from The American Heritage® Dictionary of the English Language, 4th Edition
- adj. Vortical.
from Wiktionary, Creative Commons Attribution/Share-Alike License
- adj. vortical
from the GNU version of the Collaborative International Dictionary of English
- adj. Vortical; whirling.
from The Century Dictionary and Cyclopedia
- Whirling; vortical.
- In anatomy, specifying the veins of the external layer of the choroid coat of the eyeball, the venæ vorticosæ, which are regularly arranged in drooping branches converging to a few equidistant trunks which perforate the sclerotic coat and empty into the ophthalmic vein.
Sorry, no etymologies found.
He records the occurrence of the so-called vorticose shocks at several places, though he attributes them to another cause.
A similar circumstance was observed after an earthquake at Valparaiso, Calabria, and other places, including some of the ancient Greek temples. 137 This twisting displacement at first appears to indicate a vorticose movement beneath each point thus affected; but this is highly improbable.
Obstruction to outflow of blood through the vorticose veins, by the increased intra-ocular pressure, has long been a recognized explanation of the malignant tendency of glaucoma -- a part of the vicious circle established in this disease.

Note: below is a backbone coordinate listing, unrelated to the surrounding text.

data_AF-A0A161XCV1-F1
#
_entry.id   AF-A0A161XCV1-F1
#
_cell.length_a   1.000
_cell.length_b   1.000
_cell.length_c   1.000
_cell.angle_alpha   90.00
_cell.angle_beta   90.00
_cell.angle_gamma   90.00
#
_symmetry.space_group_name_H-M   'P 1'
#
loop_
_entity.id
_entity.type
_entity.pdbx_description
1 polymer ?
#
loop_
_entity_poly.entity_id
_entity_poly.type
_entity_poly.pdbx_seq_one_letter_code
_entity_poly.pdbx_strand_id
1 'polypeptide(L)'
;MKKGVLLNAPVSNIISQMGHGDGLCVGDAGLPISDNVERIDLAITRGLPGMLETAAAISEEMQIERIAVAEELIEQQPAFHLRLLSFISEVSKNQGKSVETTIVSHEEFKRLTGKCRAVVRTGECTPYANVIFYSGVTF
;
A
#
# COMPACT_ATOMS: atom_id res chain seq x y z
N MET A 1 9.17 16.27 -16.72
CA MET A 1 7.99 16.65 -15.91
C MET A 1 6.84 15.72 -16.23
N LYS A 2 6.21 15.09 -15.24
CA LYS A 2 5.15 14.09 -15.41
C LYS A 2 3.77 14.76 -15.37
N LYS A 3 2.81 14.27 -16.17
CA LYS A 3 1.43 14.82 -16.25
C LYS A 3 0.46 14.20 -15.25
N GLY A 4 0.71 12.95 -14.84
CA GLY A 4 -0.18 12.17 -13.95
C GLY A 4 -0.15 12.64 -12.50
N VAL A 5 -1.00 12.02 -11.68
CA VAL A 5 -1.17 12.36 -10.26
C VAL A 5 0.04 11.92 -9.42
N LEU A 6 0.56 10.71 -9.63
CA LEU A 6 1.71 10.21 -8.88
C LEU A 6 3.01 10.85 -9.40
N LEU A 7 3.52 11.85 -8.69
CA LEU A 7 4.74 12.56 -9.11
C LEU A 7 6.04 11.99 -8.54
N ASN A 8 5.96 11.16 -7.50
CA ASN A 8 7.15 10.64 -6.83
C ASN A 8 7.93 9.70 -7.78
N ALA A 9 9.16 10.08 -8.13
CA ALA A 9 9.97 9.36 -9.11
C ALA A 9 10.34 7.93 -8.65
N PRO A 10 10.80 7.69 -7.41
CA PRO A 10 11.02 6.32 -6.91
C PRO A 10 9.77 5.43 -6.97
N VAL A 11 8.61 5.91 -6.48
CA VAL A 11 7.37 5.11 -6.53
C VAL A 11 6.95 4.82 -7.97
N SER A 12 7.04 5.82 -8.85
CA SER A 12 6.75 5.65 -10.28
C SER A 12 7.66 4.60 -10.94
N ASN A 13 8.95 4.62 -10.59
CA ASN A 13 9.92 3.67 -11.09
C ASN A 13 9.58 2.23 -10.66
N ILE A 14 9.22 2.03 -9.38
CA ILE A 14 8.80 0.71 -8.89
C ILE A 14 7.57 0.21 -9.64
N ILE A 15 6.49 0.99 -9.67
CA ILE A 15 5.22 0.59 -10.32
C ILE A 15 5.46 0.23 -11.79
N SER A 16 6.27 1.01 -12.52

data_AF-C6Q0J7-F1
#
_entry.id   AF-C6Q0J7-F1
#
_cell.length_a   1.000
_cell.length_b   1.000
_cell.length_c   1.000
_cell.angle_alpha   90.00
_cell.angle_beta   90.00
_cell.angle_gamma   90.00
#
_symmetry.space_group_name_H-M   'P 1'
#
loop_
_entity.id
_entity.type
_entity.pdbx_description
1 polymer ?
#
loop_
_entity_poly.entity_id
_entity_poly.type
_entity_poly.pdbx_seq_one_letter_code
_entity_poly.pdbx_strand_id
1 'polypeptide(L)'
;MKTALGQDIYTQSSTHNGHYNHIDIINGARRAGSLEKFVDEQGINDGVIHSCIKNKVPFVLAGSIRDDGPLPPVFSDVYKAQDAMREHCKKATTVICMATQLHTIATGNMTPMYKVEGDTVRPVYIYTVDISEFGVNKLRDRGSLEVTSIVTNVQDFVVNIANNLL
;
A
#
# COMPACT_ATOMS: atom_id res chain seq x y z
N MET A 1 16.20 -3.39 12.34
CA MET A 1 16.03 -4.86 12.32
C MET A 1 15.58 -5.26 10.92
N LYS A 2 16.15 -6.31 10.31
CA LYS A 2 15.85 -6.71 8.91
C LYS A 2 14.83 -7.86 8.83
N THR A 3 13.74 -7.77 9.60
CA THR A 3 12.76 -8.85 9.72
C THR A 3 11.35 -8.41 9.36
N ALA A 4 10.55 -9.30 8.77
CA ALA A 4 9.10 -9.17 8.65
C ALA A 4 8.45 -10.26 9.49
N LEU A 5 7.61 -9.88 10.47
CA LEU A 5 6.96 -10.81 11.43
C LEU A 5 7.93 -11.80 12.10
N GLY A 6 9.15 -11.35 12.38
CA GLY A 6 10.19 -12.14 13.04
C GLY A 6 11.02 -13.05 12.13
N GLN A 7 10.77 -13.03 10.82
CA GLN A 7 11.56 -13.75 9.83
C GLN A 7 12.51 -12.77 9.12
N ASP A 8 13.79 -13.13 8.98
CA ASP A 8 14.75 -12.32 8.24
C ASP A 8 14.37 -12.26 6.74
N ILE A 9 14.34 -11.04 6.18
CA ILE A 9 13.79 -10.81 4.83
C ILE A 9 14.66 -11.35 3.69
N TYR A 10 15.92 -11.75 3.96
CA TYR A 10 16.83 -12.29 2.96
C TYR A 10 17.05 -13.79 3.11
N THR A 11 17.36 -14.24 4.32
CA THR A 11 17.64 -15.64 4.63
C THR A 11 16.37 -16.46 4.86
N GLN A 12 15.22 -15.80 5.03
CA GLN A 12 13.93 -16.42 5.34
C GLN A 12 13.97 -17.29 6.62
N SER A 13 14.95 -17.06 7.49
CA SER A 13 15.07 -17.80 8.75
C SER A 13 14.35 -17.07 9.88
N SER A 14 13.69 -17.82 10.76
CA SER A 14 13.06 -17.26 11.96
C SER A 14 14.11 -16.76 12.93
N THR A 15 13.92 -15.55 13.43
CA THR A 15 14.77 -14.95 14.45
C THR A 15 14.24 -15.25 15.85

On this account, whatever might have been the cause of the earthquake, whether volcanic or electrical, the movement assumed every possible direction -- vertical, horizontal, oscillatory, vorticose, and pulsatory; producing every variety of destruction.
It would appear at first sight, as if the discovery of these vortices would at once remedy the great defect in the theory of Redfield, viz.: that no adequate cause is assigned for the commencement and continuation of the vorticose motion, in the great circular whirlwinds which compose a storm.
But will not the admission of a vorticose motion of the ethereal medium, affect the aberration of light?
And if we ascend into the history of the past, we shall find ample testimony that the planetary matter now composing the members of the solar system, was once one vast nebulous cloud of atoms, partaking of the vorticose motion of the fluid involving them.
We may thus conclude, with Professor Mercalli, that the earthquake resulted from the almost immediate succession of two distinct shocks, in each of which the nearly vertical vibrations were more marked at the beginning, while the slower undulations predominated towards the close, those of the second phase generally becoming vorticose through the superposition of movements coming from different directions.
In the first phase, the undulations were marked by a dominant direction, but, towards the close of the second phase, there was no determinate direction, and the impression was again that of a vorticose shock.
Thus, in the province of P. Maurizio alone, the shock was described as subsultory first and then undulatory or vorticose at 25 places, undulatory and then subsultory at 22, undulatory and then subsultory and again undulatory or vorticose at 13, and subsultory first, then undulatory, and finally subsultory and vorticose at two places.